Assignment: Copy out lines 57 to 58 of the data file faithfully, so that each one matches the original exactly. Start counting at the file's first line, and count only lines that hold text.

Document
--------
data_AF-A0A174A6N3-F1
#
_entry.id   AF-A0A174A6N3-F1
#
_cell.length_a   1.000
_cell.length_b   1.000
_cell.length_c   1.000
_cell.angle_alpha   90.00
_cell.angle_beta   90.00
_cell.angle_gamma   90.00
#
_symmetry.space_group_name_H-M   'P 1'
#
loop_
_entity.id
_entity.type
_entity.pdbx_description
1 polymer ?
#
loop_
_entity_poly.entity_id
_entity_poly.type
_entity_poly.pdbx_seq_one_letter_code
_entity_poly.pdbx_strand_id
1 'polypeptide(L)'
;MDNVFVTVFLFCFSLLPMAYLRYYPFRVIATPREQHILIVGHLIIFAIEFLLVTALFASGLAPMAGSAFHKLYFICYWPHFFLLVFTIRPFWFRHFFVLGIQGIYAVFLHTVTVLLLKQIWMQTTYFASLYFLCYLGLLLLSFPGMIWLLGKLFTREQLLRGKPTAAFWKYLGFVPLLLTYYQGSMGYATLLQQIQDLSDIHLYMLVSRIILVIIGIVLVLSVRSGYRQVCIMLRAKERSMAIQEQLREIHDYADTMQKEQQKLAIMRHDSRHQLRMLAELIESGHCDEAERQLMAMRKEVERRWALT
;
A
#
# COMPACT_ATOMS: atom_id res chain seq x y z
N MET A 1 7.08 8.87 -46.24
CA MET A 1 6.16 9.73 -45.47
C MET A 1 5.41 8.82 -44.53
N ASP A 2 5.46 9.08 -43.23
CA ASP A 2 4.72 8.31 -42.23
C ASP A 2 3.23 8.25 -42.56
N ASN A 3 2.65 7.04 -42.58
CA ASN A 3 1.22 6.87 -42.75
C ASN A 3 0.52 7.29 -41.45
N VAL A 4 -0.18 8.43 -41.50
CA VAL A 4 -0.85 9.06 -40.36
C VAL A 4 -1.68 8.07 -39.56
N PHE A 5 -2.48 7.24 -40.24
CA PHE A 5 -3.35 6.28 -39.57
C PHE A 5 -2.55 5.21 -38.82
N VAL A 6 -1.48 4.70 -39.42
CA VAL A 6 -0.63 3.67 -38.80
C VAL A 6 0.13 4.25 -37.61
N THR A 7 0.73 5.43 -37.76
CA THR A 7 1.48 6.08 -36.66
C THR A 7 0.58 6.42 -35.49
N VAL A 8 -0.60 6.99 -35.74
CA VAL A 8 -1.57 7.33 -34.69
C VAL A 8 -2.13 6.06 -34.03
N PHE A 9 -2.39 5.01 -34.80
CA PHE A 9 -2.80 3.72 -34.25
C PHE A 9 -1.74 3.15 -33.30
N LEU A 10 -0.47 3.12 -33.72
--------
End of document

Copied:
C PHE A 9 -1.74 3.15 -33.30
N LEU A 10 -0.47 3.12 -33.72